Once in a while a memory slips through the cracks of time and startles me with the realization I missed something on my way to becoming an adult. (Let’s not have any wisecracks about “if” I reached adulthood.)
Along about my fifth year, we lived in an old farmhouse about five miles west of Shady Cove. One warm summer day, a rattlesnake slithered from the front porch into our living room. I heard the rasping sound from my pallet in a corner of the living room…where I was supposed to be taking a nap. The snake headed across the bare boards of the floor right at me.
I jumped up and hollered, “Snake, Mama. Snake.” Mom came rushing out of the bedroom in time to scare the snake back into the far corner of the living room. I can still hear the snake rattling away, all coiled up, ready to strike.
Mom put me up on the bed in the bedroom, grabbed her .22 pistol, and then shot the hell out of the snake’s corner of the living room. (I think she even hit the snake once, not that it stopped rattling. She shot six times, reloaded and put six more holes in the floor.) She told me to stay up on the bed, and then closed the door. I looked at the two inch gap under the door and stood up on the bed with a pillow, ready to “pillow” the snake. I heard a long continuous thumping that lasted several minutes, and then Mom opened the door and said it was all right. The snake was dead. She had taken a long pole and chased the snake into the other bedroom on the opposite side of the living room where she proceeded to pound the front half of the snake into a paper thin layer of snake skin.
I was scared of snakes after that and stayed scared for years. Finally, along about the 6th grade, I decided to learn everything I could about rattlesnakes. Know your enemy. I read up on “crotalus” and learned their habits, and while I never quite got over being wary in snake country, at least I wasn’t paralyzed by fear. And I learned first aid if you did get bit. When I was up in the hills, I carried a little metal box with a razor blade, a tourniquet, and a suction cup…to suck the poison out. That took care of one of my childhood bugaboos.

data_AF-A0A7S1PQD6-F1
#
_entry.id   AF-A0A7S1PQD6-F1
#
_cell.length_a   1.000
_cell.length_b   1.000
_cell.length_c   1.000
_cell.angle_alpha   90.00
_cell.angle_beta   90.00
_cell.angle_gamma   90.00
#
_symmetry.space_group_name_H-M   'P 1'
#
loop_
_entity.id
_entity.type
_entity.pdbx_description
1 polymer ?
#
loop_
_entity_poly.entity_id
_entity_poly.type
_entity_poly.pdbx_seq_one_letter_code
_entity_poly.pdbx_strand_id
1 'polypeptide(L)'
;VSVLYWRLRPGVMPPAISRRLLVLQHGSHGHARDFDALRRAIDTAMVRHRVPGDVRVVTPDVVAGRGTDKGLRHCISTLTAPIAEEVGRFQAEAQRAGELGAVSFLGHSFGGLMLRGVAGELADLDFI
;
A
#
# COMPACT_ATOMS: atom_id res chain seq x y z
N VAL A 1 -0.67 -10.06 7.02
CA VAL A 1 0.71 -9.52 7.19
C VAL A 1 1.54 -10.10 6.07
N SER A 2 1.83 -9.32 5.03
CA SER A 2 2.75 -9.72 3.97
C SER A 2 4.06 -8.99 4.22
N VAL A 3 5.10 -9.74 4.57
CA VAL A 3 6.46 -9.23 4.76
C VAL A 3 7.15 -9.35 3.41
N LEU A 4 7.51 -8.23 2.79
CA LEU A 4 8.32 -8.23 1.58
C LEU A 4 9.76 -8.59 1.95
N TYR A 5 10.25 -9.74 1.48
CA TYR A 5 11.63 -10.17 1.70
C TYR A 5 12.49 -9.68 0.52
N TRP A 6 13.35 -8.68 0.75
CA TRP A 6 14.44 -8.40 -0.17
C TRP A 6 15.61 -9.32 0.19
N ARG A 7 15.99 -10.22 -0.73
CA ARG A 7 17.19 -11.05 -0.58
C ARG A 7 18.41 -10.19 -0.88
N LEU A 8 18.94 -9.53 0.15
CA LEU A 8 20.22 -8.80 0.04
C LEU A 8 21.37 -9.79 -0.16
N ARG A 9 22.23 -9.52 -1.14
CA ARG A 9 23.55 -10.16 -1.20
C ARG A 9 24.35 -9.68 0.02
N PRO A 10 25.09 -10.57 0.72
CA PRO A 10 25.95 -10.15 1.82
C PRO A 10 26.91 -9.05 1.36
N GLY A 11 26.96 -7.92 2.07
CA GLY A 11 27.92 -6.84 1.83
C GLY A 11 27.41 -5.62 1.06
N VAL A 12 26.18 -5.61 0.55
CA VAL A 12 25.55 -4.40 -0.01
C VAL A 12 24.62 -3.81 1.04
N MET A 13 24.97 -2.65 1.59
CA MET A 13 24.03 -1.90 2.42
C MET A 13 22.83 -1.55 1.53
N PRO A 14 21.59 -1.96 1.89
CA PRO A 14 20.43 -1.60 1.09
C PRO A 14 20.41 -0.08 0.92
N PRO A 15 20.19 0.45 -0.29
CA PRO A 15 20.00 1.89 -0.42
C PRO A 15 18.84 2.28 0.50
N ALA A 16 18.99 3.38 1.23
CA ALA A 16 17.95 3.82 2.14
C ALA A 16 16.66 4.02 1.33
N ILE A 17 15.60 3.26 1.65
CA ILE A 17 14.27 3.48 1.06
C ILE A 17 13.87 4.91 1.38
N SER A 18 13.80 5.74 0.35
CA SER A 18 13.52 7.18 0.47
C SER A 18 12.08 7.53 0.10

Another was ingrained through drills at school where we practiced hiding under our desk in case the Russians dropped the A-bomb on our heads. We had all seen pictures of Hiroshima by then, and even as children, we knew we would be incinerated anyway so the drill was just a waste of time. (And my wife tells a similar story from her grade school years, only she kept looking at the big windows and knew the glass would blow out and cut them all to pieces.)
Along about age thirteen, I started writing a novel about a Russian invasion and about me and my friends taking to the hills and fighting a guerilla war. I can still show you real places where “we” ambushed a Russian supply column. (You gotta smile at that.) It was a lot like Red Dawn and a heck of a lot earlier. Hmm. If only…
The A-Bomb fear lasted up to my college years. One roommate was a survivalist, so he kept a pack with survival gear ready at all times. If the Russians attacked, our plan was to run to southeast Oregon and live in a big cave I had heard about. It sounds silly now, but the threat felt real, and when the Oregonian put a map of “Ground Zero” with the center circle right on the west end of the Burnside Bridge in downtown Portland, we knew our fear had some basis in fact.
Polio was a constant threat as I was growing up, my fear driven by pictures of kids in iron lungs. We were told to wash our hands…and we did. When finally the polio vaccine was found (invented? discovered?) the fear washed out.
So what’s the point? Well, in a sense, I took charge of my life when I read up on rattlesnakes. And I think I must have been looking for a way to “do something” about the threat of Russian invasion and A-bombs when I started my war novel. The title was “Ambuscade.” My friends and I were really rough on the Russians.
And one night, I got tired of worrying about Russians and A-bombs. I unpacked my survival gear and decided if the Russians did nuke us, I’d just go down to the Canteen and drink beer and wait to see what happened. It was time to get on with life.
Now we have covid to worry about, but after reading articles about it, compared to earlier fears of slithering snakes, polio and A-bombs, I’m not too impressed by that threat.
Do you want see my really neat mask?